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Tuesday, 11 April, 2000, 14:13 GMT 15:13 UK
Is the dot.com bubble bursting?

Technology, media and telecoms - until a few days ago these were the three magic words to excite every investor's heart.

In little over a year, the top market for technology shares, the Nasdaq, gained 128%. The spectacular stock market gains of internet firms with little revenue and no profits drove many experts to despair.

One of the most successful investors, Julian Robertson, recently closed down his Tiger hedge fund, saying he could not understand the markets anymore.

But now Wall Street's Nasdaq, London's Techmark, and Frankfurt's Neuer Markt have all suffered bitter losses.

So is this just a bump in the road to new riches for technology firms, or is it time to dump internet shares and get out while you can? Tell us what you think. HAVE YOUR SAY



Every time a company comes up with something new someone will find a way of doing it better.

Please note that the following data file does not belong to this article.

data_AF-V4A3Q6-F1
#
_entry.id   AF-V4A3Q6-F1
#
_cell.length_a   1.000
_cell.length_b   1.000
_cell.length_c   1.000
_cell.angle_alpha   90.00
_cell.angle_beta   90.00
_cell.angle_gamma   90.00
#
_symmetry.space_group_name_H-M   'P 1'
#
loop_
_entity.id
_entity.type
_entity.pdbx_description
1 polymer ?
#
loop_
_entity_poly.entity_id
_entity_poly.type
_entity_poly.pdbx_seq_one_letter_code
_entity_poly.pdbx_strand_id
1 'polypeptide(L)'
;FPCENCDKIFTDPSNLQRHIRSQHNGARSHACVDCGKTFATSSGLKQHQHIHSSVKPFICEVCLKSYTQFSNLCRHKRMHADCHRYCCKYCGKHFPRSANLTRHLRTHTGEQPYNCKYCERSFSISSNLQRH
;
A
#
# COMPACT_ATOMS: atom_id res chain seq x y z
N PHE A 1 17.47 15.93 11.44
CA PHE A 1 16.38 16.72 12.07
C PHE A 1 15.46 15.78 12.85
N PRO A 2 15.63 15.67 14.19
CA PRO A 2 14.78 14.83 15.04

Colin, England
I have been aware for some time (5-6 years) that the internet would take off. I did not have the vision to see just how big it would be for Commercial organisations, and did not envisage it would for some become the be all and end all of doing business. If a company chooses to solely trade via the internet they will need to have good insurance and be prepared to suffer a roller coaster ride. Every time a company comes up with something new someone will find a way of doing it better, that will put a strain on many a good company. The secret I believe is a balance, do not abandon good customer relations, do not refuse good ideas, use the Internet to trade but stay ethical. We have yet to see a major legal battle regarding trading laws across boundaries, that will happen and it could shake up a few.
Colin, England

It is likely that only a very small percentage of the dot.com 'acorns' in the market will develop into oaks - the remainder will die as soon as the initial capital income is burned up. This could have a profound impact on tracker funds and advisors who are not particular (or able to spot those which will succeed). Furthermore, as the large numbers of failures begin to show, this will have an impact on market confidence and potentially drag the successful dot.coms down too (and possibly also affect other hi-tech and more traditional companies). The same warnings exist as ever before: "the value of shares can go down as well as up". The many private investors who are finally beginning to dabble in the stock markets could soon have their fingers badly burned and dent investors confidence.